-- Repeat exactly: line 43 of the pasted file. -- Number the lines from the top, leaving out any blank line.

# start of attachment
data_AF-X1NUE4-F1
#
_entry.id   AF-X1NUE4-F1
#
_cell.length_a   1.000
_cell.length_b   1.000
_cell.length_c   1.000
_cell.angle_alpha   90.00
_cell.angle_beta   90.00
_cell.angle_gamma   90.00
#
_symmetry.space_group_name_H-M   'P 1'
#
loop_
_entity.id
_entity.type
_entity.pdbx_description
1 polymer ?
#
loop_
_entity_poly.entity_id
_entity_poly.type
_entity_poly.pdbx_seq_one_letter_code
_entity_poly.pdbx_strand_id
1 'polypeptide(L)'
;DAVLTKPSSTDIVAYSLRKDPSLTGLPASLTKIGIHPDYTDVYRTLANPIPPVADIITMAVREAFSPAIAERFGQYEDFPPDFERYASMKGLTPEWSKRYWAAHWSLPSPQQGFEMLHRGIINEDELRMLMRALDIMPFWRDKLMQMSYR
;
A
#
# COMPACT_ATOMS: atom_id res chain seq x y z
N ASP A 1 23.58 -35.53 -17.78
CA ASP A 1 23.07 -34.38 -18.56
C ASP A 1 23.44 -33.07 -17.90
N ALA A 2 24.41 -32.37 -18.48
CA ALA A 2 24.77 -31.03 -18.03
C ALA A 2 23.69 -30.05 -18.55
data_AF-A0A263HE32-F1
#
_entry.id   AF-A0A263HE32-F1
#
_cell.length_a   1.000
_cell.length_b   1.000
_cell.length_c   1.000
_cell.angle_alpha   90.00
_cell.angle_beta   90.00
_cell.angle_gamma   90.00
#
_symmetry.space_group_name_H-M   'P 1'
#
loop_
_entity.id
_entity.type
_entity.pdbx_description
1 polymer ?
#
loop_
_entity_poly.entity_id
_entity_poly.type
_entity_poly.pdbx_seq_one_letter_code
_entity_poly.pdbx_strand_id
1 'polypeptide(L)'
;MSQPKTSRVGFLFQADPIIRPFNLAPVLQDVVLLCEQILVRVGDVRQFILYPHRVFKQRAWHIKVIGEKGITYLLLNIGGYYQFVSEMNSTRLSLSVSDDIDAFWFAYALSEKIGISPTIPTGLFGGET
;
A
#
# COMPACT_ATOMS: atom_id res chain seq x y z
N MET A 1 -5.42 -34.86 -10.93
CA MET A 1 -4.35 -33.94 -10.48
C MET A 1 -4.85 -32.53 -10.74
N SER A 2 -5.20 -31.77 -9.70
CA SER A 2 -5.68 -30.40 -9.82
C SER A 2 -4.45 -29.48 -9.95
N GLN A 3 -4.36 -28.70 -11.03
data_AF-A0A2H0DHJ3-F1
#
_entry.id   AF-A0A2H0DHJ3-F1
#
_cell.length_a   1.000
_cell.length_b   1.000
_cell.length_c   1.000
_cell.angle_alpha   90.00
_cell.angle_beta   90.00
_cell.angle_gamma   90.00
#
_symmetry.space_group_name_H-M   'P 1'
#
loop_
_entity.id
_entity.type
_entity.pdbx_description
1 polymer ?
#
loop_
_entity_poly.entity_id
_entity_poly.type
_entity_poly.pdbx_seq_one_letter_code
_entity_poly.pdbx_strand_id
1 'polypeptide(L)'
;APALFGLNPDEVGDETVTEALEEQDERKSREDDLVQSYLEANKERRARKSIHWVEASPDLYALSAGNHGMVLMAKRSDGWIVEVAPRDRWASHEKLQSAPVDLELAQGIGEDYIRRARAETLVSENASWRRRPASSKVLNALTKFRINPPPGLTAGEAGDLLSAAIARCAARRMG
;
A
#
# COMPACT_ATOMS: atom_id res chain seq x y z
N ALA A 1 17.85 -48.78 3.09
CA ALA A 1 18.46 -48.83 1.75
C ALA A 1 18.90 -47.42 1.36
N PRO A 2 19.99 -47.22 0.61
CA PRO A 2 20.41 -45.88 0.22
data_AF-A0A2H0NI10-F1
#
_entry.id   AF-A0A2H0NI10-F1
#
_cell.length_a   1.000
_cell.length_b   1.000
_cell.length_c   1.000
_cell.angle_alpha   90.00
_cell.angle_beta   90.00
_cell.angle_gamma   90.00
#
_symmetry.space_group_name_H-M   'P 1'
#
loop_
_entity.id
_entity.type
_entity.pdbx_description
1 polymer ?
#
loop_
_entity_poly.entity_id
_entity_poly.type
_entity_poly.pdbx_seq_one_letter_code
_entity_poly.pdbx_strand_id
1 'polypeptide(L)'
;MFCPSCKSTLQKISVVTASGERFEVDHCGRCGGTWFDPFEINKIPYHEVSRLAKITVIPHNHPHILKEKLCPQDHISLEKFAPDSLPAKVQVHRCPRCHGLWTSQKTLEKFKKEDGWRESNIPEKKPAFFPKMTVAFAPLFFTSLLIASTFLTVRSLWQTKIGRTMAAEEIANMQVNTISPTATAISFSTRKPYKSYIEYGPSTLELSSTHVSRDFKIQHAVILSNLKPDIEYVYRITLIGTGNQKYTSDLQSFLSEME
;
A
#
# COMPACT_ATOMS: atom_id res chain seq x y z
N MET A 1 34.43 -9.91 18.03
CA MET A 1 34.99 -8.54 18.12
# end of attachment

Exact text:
_cell.length_c   1.000